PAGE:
Many parents say school closures negatively impacted children - CSO
Pupils spending much longer learning at home this year compared to 2020
Mothers were more likely to have taken unpaid leave or to have changed to working from home. Photograph: Getty
Many parents say school closures have had a “very negative” impact on their children’s learning and social development, according to research by the Central Statistics Office (CSO).
The CSO survey - based on a questionnaire of 1,600 adults - also found that children are spending much longer learning online during school closures this year compared to last.
Despite this, significant numbers of parents have continued to express concern over the extent of their children’s learning loss.
Parents of second level students are most likely to report that closures have had a major negative impact on their children’s learning (36 per cent) compared to primary pupils (15 per cent).
At second level, concern was highest among parents of fifth and sixth year students (48 per cent) and lower among first, second and third years (25 per cent).
There was a similar pattern of responses when parents were asked about the impact of closures on their children’s social development.
Almost half (47.9%) of respondents with a child in fifth or sixth year secondary education reported that enforced school closures has had a Major negative impact on their learninghttps://t.co/XcTCvokYpR #CSOIreland #Ireland #COVIDIreland #Health #SocialImpact #Education pic.twitter.com/6rXy3nGE4V— Central Statistics Office Ireland (@CSOIreland) February 26, 2021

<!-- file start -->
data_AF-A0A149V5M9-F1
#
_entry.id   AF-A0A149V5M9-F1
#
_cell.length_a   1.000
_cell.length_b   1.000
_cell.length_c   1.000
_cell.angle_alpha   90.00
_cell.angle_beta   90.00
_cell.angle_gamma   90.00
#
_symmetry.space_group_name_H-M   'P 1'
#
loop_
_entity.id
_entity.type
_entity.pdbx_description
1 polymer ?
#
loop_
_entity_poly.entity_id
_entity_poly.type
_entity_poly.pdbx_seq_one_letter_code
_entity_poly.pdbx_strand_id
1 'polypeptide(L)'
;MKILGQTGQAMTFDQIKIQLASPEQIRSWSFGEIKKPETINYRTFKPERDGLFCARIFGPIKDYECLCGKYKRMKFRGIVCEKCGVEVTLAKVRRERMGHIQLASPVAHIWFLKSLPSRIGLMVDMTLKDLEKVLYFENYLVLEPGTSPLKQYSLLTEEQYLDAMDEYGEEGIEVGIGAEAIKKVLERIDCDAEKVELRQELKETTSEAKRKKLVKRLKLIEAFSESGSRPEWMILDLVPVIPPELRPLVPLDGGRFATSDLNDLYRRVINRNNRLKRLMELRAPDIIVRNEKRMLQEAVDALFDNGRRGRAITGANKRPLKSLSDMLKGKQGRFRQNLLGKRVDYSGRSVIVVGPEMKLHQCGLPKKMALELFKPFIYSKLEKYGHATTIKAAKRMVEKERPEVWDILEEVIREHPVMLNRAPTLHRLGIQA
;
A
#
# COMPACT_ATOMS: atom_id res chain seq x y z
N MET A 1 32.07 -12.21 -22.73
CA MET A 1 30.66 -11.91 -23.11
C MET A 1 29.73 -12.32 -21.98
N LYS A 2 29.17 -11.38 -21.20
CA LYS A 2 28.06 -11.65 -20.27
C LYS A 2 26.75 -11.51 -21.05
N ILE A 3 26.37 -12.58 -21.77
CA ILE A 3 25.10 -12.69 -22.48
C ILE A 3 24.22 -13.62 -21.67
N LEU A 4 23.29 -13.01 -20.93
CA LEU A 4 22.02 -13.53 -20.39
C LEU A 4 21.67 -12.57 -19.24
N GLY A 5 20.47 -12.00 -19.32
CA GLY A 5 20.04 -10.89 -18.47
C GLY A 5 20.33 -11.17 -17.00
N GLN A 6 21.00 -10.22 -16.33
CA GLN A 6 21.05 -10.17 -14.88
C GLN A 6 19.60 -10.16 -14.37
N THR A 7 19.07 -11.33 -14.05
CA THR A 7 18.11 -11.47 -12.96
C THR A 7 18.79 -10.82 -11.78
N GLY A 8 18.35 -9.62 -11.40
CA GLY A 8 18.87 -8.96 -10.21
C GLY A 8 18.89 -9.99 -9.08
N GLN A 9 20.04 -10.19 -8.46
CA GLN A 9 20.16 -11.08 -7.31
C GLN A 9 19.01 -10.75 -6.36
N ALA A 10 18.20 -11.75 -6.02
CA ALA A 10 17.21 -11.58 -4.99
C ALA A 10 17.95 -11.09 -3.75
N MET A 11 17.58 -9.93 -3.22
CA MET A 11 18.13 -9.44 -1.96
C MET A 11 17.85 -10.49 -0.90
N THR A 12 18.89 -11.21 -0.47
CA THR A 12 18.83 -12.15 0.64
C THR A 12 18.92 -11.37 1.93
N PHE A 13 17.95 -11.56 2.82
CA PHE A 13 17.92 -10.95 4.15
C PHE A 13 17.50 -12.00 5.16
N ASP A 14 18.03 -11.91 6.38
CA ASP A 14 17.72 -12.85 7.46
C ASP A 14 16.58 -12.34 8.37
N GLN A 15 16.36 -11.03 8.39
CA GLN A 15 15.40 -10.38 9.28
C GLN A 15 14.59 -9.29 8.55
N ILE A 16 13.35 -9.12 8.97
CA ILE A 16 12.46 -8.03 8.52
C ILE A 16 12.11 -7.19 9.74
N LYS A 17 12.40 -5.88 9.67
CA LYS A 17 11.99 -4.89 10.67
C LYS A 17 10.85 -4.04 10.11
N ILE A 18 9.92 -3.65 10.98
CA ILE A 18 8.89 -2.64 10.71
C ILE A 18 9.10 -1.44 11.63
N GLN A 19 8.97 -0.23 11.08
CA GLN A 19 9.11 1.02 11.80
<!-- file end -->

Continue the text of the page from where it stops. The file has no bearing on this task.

One in three parents with a child in secondary school report that they have suffered socially, while the rate among parents of primary school student is one one in five.
The research also indicates that schools have been better prepared to provide online or remote learning during the 2021 school closures.
Seven in ten parents reported that their children in secondary school were spending five hours or more each day on learning activities in January and February, up from three in ten last year during last year’s school closures.
The pattern was repeated at primary level. Last year, about 33 per cent of parents said their child spent three hours or more each day on learning activities provided by their primary school. This increased to 57 per cent during primary school closures in 2021.
The survey also shows the impact of school closures on parents with many reporting that they had to change their working patterns to assist with homeschooling.
Parents spent an average of almost an hour per day helping primary school children with their schoolwork during the latest round of school closures.
Most employed parents of primary school children reported having to adjust their working hours. Female respondents were more likely to report an impact than males.
In relation to the type of impact, fathers with a child in primary school were more likely to report working the same hours but in a disjointed pattern throughout the day or week.
Mothers were more likely to have taken unpaid leave or to have changed to working from home.